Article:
I found this sentence in one paper. I think one, or even two commas should be there:

Their closest relatives, the zebras and horses are mammals.


Their closest relatives, the zebras and horses, are mammals.

"the zebras and horses" is the noun modifier, and should be delimited with commas. Am I right? Which variant is most correct? Do missing commas in general make sentences ungrammatical?


I would call "zebras and horses" a parenthetical phrase (although I'm not sure of what type). You don't need the definite article (but you can use it if you like), and you are right about the commas:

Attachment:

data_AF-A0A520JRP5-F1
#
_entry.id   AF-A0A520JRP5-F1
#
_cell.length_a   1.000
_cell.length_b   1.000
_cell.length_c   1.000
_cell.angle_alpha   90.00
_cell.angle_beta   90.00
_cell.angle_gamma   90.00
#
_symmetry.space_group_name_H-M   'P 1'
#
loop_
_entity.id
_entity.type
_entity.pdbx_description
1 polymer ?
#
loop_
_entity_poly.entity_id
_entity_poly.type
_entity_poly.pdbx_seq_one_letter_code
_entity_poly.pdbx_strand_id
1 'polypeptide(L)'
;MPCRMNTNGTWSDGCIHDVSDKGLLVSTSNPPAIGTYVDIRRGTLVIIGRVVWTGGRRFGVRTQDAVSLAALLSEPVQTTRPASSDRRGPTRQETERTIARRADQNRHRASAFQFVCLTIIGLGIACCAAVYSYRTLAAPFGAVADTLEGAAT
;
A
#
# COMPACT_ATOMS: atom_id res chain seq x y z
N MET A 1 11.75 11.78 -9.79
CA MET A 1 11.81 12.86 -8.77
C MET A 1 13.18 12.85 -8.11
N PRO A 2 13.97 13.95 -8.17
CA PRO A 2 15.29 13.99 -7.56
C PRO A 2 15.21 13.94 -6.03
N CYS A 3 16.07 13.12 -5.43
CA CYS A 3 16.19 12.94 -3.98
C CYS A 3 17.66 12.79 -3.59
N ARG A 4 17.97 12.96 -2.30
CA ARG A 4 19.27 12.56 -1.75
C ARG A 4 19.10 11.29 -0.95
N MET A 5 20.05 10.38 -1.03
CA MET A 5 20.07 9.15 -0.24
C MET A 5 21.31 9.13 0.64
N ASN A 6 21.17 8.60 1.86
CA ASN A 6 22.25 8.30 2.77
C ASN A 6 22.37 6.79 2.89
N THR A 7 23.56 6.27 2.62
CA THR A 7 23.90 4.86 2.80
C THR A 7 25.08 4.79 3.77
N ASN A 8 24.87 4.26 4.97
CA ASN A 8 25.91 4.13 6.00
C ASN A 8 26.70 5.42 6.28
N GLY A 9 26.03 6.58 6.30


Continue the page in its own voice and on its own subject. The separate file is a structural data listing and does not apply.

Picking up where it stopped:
Their closest relatives, zebras and horses, are mammals.

  • Alternatively, “their closest relatives” is a participial modifier with its copular participle implied, and the rest is a simple clause: “[Being] their closest relatives, zebras and horses are mammals”. That would make more sense with a disjunctive coordinator, though, like ‘though’. – Janus Bahs Jacquet Oct 26 '16 at 7:37

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